Review: Noah


“Noah” is a remarkable interpretation of The Great Flood and a fitting choice to open during Lent, a time of repentance and ultimate rebirth. It is all about dying and rising. We sleep, we wake. We fail, try again, and rise. Nature abounds in this cycle and it is the human journey.

noah-russell-crowe1Darren Aronofsky, Harvard educated writer, director and producer, continues his path of bold risk-taking (“Black Swan”) depicting his version of a story central to Judeo–Christian and Islamic sacred texts. Despite his professed atheism, Aronofsky’s “Noah” depicts the foundational core of human belief systems. In struggles with good and evil Aronofsky defines the human creation with both options. In this, he shows the continual, painful, inescapable struggle that typifies all his work.

Aronofsky’s struggle is the battle inherent in all religions. In “Noah” the rabble of Neitzche’s disgust has sunk to explicit greediness. Brother battles brother. In man’s conceit for power and greed for unending materialistic supremacy, the very world that sustains humans is corrupted.

The great mythologies of the world, from obscure inland African tribes to pan-Asian and Oceanic cultures, document an ancient deluge that covered the world. In each story this cataclysmic event is told as a story of human punishment and survival. The entire world is eclipsed with water and death, but a small handful of people are saved, like seeds and animals, to repopulate the earth.

Aronofsky takes this concept and smashes it together in prismatic stories, reflecting off each other the confusion and pain of chaos and moral uncertainty. Clint Mansell’s majestic score follows suit.

What does God want?

Even Noah, softly and brilliantly portrayed by Russell Crowe, does not escape this torment. He tells his wife, Naameh, that even he and his family are infected with the dark side. Naameh, epitomized by Jennifer Connelly as the archetypical woman of strength, moral values and sustainer of life, acknowledges that even she would murder for the sake of her children.

Certain that God intends to destroy man, and certain that this includes him and his family, Aronofsky’s Noah wrestles with the devil until it seems to the audience he is being fooled by his own arrogant belief in being able to interpret God.

The rescue from his abyss comes from the light of his adopted daughter, played with purity of heart by Emma Watson. Though this character is an Aronofsky add-on, she is a representative of the universal voice that reaches humankind from the depths of our own hearts.

Some may leave the theater in a huff over the changes Aronofsky has made with the Biblical-Koranic version of The Great Flood. But the pervasive message of dying and rising, of sin and redemption will resonate. Aronofsky has created a masterpiece of psychological dimensions that will compel reflection on our own wanderings from our path to the light and our collective abuse of nature, as it taps into our own desire for renewal.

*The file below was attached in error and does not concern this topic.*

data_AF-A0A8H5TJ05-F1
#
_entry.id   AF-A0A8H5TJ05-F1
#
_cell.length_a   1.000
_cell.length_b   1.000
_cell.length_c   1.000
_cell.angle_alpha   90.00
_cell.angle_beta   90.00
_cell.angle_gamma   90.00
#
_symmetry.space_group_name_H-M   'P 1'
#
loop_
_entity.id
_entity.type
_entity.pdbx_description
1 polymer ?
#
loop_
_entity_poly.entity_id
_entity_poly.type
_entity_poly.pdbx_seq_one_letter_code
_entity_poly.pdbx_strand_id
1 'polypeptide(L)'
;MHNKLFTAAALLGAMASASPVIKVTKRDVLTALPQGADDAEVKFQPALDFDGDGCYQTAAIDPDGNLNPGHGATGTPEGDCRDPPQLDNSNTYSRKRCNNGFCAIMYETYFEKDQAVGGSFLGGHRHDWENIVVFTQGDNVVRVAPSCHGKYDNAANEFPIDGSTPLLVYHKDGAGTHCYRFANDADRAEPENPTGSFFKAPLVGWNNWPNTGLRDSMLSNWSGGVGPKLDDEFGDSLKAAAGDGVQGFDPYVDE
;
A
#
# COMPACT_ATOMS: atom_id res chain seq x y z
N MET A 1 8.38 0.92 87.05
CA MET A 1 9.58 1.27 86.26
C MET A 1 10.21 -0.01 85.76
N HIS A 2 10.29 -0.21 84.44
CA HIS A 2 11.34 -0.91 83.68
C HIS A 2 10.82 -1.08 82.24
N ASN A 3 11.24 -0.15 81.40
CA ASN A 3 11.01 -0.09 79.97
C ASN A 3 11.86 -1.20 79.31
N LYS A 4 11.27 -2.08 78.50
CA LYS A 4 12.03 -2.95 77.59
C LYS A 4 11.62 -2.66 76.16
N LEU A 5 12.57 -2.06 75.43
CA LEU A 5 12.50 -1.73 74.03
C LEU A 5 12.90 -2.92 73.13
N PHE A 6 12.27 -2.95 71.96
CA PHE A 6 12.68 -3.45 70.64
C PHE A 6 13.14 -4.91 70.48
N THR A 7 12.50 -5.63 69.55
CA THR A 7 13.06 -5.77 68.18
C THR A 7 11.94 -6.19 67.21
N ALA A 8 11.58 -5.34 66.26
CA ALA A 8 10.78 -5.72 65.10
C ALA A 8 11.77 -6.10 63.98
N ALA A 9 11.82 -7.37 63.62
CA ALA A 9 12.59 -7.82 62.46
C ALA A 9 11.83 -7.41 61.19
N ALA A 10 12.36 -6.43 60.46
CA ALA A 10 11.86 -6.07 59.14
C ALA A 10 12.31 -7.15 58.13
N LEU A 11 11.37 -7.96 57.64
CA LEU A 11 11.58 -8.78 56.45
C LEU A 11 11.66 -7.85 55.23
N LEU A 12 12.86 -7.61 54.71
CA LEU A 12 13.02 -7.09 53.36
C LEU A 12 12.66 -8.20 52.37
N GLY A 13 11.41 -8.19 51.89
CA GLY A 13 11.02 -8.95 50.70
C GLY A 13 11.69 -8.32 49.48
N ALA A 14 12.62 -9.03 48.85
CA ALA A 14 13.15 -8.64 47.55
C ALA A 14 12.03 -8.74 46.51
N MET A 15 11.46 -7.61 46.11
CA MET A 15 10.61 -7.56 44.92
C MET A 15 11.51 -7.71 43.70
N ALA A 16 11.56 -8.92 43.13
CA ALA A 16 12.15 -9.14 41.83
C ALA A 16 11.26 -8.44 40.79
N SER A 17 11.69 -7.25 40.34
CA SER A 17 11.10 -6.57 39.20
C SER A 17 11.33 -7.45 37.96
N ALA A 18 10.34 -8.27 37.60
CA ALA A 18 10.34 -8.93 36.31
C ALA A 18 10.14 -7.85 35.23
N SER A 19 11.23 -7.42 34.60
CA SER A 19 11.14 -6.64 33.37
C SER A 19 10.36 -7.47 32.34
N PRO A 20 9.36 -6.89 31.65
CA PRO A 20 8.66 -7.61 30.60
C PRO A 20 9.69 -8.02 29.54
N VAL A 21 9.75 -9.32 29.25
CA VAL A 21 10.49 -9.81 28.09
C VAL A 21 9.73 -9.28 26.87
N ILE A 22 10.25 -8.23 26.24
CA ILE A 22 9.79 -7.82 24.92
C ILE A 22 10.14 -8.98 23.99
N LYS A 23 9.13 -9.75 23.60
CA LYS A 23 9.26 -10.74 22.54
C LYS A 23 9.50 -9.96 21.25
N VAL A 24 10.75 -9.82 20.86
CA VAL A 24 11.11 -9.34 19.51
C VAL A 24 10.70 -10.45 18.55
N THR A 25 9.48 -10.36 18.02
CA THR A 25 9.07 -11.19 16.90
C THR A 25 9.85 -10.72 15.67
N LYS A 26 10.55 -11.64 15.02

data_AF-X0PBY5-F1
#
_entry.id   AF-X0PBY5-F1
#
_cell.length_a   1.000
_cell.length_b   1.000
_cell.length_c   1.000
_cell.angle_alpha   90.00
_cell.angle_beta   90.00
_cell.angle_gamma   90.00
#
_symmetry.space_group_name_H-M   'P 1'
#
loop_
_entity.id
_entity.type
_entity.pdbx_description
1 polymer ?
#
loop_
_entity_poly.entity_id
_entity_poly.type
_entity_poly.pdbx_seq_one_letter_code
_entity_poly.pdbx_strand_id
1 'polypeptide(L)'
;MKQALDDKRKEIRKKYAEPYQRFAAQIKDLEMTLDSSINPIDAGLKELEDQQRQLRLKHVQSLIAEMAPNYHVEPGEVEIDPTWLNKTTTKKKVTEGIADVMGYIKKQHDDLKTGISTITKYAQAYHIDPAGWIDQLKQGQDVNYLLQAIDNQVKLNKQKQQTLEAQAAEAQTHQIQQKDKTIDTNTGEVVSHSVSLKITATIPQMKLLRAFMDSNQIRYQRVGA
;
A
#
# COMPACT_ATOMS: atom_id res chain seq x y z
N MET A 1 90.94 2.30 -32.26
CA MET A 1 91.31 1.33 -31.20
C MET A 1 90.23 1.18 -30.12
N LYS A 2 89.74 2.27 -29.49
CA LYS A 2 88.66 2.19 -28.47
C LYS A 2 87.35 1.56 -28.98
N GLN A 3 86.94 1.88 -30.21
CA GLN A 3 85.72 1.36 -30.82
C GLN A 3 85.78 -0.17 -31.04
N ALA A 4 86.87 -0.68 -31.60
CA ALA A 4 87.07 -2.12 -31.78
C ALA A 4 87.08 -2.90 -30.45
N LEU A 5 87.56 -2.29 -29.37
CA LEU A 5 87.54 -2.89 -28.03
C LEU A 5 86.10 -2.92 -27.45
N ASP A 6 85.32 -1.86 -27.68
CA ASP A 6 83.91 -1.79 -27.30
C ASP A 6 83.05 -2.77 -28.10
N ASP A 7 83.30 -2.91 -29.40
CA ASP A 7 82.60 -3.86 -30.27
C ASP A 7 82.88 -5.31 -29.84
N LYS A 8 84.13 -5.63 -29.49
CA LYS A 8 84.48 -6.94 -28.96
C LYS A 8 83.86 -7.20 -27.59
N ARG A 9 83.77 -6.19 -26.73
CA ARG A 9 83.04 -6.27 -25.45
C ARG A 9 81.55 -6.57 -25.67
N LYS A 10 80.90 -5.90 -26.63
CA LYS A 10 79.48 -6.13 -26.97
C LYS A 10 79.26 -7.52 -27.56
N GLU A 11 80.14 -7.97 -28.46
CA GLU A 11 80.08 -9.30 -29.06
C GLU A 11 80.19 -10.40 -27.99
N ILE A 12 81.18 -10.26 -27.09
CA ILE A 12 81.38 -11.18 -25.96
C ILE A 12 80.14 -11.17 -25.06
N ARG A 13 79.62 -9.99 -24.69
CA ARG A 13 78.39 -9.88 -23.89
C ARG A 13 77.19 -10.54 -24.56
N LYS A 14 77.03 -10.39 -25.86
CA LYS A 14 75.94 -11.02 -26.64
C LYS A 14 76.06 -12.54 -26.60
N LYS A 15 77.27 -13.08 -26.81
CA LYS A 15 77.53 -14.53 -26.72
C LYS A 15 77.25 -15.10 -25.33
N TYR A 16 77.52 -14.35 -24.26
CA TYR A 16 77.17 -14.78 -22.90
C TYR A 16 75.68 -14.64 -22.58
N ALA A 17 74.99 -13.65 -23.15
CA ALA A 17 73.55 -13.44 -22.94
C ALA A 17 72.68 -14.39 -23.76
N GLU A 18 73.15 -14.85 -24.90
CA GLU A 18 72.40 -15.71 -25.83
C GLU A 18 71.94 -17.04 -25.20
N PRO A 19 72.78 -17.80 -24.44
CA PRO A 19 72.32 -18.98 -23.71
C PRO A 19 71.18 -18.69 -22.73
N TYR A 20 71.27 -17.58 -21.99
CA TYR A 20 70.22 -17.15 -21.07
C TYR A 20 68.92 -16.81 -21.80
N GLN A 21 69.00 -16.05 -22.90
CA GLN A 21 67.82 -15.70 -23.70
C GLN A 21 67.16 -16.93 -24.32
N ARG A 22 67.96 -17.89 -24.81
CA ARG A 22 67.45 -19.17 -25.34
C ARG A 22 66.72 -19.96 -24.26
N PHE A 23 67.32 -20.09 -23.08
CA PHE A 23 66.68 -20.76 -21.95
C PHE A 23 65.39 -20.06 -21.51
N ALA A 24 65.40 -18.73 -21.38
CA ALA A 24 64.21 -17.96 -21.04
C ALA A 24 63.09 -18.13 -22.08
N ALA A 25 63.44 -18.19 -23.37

Film Credits

Director: Darren Aronofsky
Producers: Darren Aronofsky, Chris Brigham, Scott Franklin, Ari Handel, Amy Herman, Arnon Milchan and Mary Parent
Writers: Darren Aronofsky and Ari Handel
Cast: Russell Crowe, Jennifer Connelly, Emma Watson, Anthony Hopkins, Logan Lerman
Music: Clint Mansell
Runtime: 138 minutes
MPAA Rating: PG-13
Filming Locations: Iceland, Mexico and US
Budget: $125 million, estimated
Awards: HSUS Humane Filmmaker Award for use of computer-generated animals

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1 Comments Add Yours ↓

  1. terriqua67 #

    Awesome review, Bev Questad!! Defin makes me want to see movie. Meantime, as for your question “What does God want?”, even God doesn’t know what he wants. He only knows what he doesn’t want, and that is for people not to take his Book so seriously.

    He also doesn’t want us to fear looking at our own dark side, as indeed even God himself at times, if driven far enough by bad behavior, can pursue a murderous agenda. Mass killing of greedy and corrupt humans, not to mention the mass killing of entirely innocent animals, caused by the deliberate act of releasing a truly killer flood, will normally get you 20 years to life. But since it was God who did it, he gets a pass for indulging his dark side on an epic scale.

    People may try to blame God for their death or misfortune, but the charges never seem to stick. God gets all the credit when prayers are answered, so why should he not get at least a share of the blame when his answer is to inflict wholesale carnage on the earth and its inhabitants, surely an outcome no one was praying for?